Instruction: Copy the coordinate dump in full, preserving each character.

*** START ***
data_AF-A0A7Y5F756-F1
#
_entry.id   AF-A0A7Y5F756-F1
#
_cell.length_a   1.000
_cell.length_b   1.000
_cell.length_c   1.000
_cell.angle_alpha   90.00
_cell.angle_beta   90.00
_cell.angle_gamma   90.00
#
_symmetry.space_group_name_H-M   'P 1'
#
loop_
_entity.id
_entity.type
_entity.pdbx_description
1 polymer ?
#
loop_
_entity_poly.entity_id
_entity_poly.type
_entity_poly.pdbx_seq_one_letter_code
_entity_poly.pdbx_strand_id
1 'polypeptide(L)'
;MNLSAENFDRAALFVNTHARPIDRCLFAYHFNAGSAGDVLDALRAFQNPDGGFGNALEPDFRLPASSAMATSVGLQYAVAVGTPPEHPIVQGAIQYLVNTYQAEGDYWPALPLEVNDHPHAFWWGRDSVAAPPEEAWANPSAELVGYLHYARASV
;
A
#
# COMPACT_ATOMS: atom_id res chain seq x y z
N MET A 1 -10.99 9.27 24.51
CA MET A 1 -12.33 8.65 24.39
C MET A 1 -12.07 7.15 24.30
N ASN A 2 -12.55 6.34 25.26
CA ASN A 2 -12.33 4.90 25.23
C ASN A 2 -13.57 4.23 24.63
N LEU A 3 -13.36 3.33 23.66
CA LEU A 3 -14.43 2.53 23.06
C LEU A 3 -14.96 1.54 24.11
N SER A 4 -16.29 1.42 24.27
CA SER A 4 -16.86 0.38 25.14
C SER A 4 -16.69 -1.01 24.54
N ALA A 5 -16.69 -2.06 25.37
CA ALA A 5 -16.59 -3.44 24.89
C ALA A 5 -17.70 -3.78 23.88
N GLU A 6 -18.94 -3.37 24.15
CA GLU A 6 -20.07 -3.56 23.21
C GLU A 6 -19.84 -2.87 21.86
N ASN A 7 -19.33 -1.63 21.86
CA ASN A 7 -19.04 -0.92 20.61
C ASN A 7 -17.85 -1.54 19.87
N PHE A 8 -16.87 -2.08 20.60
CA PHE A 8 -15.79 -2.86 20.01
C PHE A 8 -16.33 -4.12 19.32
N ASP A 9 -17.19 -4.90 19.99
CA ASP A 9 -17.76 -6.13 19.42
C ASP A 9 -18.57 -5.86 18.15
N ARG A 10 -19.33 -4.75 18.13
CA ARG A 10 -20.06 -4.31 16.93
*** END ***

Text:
data_AF-A0A7Y5F756-F1
#
_entry.id   AF-A0A7Y5F756-F1
#
_cell.length_a   1.000
_cell.length_b   1.000
_cell.length_c   1.000
_cell.angle_alpha   90.00
_cell.angle_beta   90.00
_cell.angle_gamma   90.00
#
_symmetry.space_group_name_H-M   'P 1'
#
loop_
_entity.id
_entity.type
_entity.pdbx_description
1 polymer ?
#
loop_
_entity_poly.entity_id
_entity_poly.type
_entity_poly.pdbx_seq_one_letter_code
_entity_poly.pdbx_strand_id
1 'polypeptide(L)'
;MNLSAENFDRAALFVNTHARPIDRCLFAYHFNAGSAGDVLDALRAFQNPDGGFGNALEPDFRLPASSAMATSVGLQYAVAVGTPPEHPIVQGAIQYLVNTYQAEGDYWPALPLEVNDHPHAFWWGRDSVAAPPEEAWANPSAELVGYLHYARASV
;
A
#
# COMPACT_ATOMS: atom_id res chain seq x y z
N MET A 1 -10.99 9.27 24.51
CA MET A 1 -12.33 8.65 24.39
C MET A 1 -12.07 7.15 24.30
N ASN A 2 -12.55 6.34 25.26
CA ASN A 2 -12.33 4.90 25.23
C ASN A 2 -13.57 4.23 24.63
N LEU A 3 -13.36 3.33 23.66
CA LEU A 3 -14.43 2.53 23.06
C LEU A 3 -14.96 1.54 24.11
N SER A 4 -16.29 1.42 24.27
CA SER A 4 -16.86 0.38 25.14
C SER A 4 -16.69 -1.01 24.54
N ALA A 5 -16.69 -2.06 25.37
CA ALA A 5 -16.59 -3.44 24.89
C ALA A 5 -17.70 -3.78 23.88
N GLU A 6 -18.94 -3.37 24.15
CA GLU A 6 -20.07 -3.56 23.21
C GLU A 6 -19.84 -2.87 21.86
N ASN A 7 -19.33 -1.63 21.86
CA ASN A 7 -19.04 -0.92 20.61
C ASN A 7 -17.85 -1.54 19.87
N PHE A 8 -16.87 -2.08 20.60
CA PHE A 8 -15.79 -2.86 20.01
C PHE A 8 -16.33 -4.12 19.32
N ASP A 9 -17.19 -4.90 19.99
CA ASP A 9 -17.76 -6.13 19.42
C ASP A 9 -18.57 -5.86 18.15
N ARG A 10 -19.33 -4.75 18.13
CA ARG A 10 -20.06 -4.31 16.93